Because gospel is vital and life-affirming, it leaves plenty of room for expressiveness and spontaneity. Terrell, who describes himself as “very open and unpredictable,” encourages his choir to move as the spirit moves them. “I would say our choir is really spontaneous because we allow the spirit to come in and take control. We can plan to do a song a certain way but after we get into it and see how it works, and with the Holy Spirit guiding us, that can then take it to a whole other place. I hate a choir that does not grab me, whether vocally, visually or with their delivery. I need all that in the choir. I need all that energy.”
It all starts with feeling. “You can’t sing it, if you don’t feel it,” Hughes said. “As my minister used to tell me, You can’t talk about a place that you haven’t been and you can’t talk about a person you haven’t met. And, so, you can’t sing gospel songs if you don’t feel them.” Billy Jordan said, “If you’re just singing and there’s no feeling there, you’re not ministering — you’re just doing something for show.” That feeling, according to Salem singers, is an individual’s faith-based response to the message in the music. “There’s a message in every song,” McCain said. “I can always go to that music and find a song that’s going to minister to me and to help me make it through whatever it is I’m going through. A song like What A Friend We Have in Jesus comforts me because it lets me know that, even when I feel like I don’t have any friends, I always have a friend in Jesus.”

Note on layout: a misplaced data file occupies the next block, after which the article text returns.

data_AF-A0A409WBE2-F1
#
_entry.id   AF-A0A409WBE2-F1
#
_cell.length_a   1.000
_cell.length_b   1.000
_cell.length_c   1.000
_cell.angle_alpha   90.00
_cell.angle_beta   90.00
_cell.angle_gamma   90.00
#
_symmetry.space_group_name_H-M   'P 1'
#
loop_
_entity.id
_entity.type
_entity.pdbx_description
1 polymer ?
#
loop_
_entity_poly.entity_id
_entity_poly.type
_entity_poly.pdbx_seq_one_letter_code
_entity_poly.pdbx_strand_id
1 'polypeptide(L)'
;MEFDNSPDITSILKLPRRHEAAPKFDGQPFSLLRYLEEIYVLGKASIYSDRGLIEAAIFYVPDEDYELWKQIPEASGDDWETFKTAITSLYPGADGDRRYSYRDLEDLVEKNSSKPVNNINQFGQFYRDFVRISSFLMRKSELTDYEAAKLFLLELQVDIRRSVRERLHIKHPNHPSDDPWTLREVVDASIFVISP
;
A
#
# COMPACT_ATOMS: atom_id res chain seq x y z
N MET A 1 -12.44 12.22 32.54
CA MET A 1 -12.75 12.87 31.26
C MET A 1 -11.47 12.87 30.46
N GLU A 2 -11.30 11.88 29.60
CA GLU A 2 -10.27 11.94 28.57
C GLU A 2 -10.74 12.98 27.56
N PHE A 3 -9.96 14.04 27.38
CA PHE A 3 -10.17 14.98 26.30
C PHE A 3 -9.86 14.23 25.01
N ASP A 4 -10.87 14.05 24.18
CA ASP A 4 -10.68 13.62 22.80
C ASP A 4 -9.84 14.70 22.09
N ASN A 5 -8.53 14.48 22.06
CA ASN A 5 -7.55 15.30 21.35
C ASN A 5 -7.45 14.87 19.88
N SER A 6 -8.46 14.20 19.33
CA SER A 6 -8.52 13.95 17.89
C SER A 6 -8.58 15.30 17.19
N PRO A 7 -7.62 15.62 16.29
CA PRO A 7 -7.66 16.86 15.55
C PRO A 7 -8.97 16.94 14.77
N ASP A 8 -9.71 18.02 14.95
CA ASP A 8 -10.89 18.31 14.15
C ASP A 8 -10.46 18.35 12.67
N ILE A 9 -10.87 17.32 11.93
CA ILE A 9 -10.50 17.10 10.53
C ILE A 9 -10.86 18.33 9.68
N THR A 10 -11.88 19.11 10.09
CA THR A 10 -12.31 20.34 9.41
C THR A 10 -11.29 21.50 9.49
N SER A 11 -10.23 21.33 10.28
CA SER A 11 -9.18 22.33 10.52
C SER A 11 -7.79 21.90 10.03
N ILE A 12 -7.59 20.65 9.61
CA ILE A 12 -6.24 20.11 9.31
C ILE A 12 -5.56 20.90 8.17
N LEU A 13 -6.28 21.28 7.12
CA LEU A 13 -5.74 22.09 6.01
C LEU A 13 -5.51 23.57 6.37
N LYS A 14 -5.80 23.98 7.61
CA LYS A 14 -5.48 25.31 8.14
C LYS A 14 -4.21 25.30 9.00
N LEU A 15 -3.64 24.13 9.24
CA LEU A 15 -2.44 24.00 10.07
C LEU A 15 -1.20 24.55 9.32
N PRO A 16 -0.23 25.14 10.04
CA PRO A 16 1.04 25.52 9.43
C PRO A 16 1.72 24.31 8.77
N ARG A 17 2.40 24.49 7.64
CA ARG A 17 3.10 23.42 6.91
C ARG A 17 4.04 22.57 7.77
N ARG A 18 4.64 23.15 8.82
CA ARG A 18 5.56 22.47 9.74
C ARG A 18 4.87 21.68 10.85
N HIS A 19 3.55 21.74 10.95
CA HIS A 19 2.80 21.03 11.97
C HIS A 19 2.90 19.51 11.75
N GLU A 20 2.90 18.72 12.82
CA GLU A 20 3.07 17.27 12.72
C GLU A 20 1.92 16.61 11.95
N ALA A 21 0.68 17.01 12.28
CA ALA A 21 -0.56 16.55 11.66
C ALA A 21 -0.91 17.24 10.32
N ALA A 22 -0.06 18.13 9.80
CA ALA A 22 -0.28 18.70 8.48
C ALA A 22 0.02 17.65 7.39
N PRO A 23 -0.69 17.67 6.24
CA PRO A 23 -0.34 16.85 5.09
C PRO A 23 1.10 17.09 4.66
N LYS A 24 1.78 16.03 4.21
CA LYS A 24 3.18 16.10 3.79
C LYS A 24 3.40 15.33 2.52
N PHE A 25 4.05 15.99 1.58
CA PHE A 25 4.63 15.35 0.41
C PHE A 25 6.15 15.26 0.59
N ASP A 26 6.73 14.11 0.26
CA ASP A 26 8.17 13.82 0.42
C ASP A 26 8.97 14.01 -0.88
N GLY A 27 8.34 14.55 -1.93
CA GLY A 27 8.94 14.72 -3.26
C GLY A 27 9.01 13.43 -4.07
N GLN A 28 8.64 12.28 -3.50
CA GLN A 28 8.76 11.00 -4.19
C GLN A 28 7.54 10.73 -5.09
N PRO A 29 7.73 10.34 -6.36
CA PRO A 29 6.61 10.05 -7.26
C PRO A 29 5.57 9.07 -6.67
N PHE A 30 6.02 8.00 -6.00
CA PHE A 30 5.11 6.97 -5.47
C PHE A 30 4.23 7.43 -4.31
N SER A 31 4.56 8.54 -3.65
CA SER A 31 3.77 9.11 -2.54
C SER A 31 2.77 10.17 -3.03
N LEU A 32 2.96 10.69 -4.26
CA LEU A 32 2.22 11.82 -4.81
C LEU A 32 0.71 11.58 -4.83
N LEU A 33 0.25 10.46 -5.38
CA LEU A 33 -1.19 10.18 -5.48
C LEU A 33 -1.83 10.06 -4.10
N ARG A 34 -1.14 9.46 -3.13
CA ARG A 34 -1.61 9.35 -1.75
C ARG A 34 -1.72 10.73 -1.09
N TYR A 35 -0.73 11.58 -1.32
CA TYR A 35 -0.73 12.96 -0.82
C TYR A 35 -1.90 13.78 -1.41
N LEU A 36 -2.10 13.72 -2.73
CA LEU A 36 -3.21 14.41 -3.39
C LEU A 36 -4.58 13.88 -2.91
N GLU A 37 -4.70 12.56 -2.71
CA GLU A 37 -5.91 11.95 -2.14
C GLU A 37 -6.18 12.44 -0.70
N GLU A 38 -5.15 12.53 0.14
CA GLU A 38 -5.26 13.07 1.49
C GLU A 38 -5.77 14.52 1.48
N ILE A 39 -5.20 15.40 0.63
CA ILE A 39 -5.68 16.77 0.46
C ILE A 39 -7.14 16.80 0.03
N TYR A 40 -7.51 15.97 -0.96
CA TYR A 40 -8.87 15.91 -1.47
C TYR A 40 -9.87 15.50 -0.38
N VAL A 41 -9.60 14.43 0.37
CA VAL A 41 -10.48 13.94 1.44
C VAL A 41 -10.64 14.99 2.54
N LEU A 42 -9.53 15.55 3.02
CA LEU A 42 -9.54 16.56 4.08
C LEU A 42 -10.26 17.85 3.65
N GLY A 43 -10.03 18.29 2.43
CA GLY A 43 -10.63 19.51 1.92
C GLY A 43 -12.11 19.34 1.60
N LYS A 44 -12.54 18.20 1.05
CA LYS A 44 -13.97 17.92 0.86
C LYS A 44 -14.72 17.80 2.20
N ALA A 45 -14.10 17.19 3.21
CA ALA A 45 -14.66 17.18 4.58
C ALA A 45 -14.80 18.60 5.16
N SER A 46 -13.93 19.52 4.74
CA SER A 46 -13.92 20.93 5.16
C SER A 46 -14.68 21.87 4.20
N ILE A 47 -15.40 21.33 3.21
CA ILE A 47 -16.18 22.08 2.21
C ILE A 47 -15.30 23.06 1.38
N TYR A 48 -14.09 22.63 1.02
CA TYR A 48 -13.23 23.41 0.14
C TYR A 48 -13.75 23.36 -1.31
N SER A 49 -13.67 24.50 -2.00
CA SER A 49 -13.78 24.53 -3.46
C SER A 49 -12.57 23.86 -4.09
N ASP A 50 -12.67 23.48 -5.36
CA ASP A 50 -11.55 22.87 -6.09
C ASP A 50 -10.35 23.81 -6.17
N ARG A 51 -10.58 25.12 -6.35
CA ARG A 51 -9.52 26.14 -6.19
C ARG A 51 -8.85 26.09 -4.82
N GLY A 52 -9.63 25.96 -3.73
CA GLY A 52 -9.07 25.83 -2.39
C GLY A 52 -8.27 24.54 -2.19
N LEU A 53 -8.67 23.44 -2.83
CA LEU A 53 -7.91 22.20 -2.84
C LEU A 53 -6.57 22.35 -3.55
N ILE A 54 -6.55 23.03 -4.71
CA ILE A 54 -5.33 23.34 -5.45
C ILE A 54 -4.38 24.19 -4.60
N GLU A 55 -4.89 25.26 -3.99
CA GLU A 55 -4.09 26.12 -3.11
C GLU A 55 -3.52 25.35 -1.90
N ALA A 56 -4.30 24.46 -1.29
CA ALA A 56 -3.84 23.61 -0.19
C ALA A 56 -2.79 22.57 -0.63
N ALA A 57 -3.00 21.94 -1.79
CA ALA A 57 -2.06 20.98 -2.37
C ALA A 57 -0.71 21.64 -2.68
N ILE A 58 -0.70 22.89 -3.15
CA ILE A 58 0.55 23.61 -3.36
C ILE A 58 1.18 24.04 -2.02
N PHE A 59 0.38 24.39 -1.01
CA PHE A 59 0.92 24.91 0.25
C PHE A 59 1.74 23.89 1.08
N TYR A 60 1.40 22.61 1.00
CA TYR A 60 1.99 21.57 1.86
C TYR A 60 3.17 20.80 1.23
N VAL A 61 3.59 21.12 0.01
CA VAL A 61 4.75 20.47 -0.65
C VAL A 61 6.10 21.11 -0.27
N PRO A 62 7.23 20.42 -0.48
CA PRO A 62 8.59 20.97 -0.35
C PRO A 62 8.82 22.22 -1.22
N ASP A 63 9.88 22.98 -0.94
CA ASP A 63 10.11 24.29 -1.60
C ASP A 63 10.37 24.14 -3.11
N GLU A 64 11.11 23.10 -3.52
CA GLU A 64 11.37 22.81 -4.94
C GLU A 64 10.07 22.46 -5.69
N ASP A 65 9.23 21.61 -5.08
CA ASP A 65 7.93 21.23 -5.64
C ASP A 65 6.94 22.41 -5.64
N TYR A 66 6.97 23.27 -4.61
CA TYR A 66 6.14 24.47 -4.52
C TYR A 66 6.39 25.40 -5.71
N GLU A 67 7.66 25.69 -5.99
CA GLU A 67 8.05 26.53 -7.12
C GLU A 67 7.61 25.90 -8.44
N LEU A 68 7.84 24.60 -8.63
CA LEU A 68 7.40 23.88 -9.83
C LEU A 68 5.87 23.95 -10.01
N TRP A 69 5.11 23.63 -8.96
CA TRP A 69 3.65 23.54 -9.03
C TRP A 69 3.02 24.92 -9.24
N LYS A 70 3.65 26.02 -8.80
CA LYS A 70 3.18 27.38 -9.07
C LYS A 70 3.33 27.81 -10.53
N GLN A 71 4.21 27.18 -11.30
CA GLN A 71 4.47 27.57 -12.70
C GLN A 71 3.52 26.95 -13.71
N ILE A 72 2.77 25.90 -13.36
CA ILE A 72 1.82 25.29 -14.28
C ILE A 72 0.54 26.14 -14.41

Choir member Charnella Mims said, “When I’m in a song and I really feel that song, It takes you to a different level and you forget about all the people watching you or sitting around you. It’s just me and my Lord. For me, the tears come, and it’s not tears of sadness — it’s tears of joy, tears of understanding, tears that reinforce the fact I do believe that I am saved.”
Sharon Reed, another choir member, said, “Especially in this time of uncertainty and fear that we’re going through now the music kind of gives us peace inside. When I reflect on a song like Trust in the Lord I’m not fearing what’s going to happen next. I’m not worrying about it. I’m putting my trust in the Lord and I’m going on with my life.”